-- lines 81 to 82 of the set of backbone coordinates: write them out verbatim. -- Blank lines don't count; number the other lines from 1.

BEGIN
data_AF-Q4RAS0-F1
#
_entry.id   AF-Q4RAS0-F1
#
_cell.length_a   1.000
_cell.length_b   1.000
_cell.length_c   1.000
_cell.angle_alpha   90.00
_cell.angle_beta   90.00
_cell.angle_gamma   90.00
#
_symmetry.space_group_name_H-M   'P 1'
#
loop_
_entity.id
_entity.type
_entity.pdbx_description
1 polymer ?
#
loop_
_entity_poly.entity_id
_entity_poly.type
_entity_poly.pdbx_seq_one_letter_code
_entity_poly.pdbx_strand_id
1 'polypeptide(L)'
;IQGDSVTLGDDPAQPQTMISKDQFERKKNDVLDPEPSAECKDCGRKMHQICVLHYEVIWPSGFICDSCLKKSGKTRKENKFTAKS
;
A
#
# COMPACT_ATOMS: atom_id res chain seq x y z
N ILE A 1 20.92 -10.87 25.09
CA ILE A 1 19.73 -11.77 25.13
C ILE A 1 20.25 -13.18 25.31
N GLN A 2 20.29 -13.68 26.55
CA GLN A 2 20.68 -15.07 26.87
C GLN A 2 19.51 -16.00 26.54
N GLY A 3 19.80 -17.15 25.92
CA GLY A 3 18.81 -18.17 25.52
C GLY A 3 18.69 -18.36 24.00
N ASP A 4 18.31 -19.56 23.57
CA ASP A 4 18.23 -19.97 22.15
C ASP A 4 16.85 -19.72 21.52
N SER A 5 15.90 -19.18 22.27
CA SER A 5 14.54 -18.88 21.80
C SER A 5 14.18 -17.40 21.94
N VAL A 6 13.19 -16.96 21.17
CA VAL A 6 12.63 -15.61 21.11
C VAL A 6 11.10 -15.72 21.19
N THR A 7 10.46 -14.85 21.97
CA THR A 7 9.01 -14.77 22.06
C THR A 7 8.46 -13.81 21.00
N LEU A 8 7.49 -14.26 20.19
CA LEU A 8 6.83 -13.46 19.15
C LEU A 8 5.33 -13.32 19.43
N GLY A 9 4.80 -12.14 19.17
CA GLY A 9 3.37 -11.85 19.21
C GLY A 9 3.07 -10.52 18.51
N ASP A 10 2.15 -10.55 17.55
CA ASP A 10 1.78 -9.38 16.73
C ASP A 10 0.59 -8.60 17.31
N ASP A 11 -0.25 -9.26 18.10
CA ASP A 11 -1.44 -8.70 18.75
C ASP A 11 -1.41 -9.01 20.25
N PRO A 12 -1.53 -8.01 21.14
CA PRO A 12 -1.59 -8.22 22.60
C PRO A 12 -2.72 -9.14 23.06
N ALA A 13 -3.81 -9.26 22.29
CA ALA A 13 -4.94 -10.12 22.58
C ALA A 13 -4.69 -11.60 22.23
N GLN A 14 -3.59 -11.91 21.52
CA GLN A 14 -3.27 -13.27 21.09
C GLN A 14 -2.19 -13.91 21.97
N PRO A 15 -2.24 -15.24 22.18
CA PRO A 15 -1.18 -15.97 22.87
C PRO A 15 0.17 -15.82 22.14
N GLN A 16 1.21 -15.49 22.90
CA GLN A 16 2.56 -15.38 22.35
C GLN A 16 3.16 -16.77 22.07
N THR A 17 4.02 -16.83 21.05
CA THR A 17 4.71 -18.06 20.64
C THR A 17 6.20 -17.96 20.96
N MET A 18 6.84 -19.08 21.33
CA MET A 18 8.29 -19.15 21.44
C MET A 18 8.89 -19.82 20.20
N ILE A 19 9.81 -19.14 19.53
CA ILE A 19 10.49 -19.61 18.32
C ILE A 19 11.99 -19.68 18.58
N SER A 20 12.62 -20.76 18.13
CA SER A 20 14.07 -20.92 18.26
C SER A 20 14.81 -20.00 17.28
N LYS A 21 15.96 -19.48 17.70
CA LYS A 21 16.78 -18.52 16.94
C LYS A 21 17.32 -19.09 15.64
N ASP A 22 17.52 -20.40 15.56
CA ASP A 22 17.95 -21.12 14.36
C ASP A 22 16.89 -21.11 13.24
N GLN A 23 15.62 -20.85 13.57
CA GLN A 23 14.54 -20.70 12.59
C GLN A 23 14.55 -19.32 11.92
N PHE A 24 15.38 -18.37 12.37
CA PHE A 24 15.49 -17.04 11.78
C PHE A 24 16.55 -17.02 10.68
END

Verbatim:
C THR A 17 6.20 -17.96 20.96
N MET A 18 6.84 -19.08 21.33